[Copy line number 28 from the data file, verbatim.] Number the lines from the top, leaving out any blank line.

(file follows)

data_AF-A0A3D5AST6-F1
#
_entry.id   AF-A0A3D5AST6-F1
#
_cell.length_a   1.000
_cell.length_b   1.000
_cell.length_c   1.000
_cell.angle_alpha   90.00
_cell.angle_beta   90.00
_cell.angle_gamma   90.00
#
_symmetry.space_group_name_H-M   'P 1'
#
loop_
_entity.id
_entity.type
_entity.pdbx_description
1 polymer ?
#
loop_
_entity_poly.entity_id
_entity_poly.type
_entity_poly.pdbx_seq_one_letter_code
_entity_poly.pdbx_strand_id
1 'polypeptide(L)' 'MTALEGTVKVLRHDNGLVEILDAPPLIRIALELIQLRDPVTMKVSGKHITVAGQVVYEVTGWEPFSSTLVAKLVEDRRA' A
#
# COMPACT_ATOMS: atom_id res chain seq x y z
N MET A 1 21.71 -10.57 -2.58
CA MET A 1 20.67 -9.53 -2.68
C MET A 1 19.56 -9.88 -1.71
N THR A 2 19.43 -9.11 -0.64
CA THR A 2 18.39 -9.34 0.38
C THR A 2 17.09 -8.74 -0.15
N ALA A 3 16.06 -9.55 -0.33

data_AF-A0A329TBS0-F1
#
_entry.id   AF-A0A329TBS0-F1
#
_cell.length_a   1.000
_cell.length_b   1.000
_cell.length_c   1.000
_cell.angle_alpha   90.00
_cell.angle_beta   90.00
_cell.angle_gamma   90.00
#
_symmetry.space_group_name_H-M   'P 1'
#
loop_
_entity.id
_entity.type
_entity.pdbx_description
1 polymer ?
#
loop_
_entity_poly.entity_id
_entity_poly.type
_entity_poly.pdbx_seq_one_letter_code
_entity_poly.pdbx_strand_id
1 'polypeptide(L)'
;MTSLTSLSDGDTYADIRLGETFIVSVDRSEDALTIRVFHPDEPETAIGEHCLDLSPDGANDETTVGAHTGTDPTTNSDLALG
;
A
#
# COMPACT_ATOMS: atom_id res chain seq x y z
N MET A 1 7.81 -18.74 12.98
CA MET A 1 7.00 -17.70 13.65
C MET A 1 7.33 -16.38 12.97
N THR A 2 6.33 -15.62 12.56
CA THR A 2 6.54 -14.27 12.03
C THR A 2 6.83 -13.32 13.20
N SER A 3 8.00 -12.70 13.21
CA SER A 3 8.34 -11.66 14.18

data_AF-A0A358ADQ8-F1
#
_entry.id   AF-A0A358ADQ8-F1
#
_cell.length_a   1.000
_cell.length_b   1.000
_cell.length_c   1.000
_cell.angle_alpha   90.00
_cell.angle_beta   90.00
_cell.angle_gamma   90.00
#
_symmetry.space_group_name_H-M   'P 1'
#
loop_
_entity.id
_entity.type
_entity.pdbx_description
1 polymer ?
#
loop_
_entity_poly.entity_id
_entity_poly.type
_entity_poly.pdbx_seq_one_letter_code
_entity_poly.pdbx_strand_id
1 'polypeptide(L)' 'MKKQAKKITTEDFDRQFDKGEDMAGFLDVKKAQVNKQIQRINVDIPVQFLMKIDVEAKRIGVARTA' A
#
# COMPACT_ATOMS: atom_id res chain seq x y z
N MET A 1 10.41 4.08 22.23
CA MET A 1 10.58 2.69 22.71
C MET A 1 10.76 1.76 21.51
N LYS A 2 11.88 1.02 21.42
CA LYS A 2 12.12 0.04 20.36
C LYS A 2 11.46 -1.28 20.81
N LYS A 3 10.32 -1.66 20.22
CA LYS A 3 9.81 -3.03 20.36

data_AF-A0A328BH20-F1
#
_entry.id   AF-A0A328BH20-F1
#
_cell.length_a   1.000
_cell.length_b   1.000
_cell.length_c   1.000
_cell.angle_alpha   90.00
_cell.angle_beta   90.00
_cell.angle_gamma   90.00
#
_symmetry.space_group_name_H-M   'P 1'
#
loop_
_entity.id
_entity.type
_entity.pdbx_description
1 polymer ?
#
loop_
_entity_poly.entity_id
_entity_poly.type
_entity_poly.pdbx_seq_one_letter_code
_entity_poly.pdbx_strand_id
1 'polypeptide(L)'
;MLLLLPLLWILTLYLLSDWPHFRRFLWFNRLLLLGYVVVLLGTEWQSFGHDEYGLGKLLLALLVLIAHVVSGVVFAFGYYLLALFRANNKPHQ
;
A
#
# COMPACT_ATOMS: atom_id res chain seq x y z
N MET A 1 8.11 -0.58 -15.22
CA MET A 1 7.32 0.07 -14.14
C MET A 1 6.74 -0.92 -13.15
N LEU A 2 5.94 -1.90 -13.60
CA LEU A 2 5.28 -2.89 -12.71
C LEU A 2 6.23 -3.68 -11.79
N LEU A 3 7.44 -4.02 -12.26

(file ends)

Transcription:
N MET A 1 21.71 -10.57 -2.58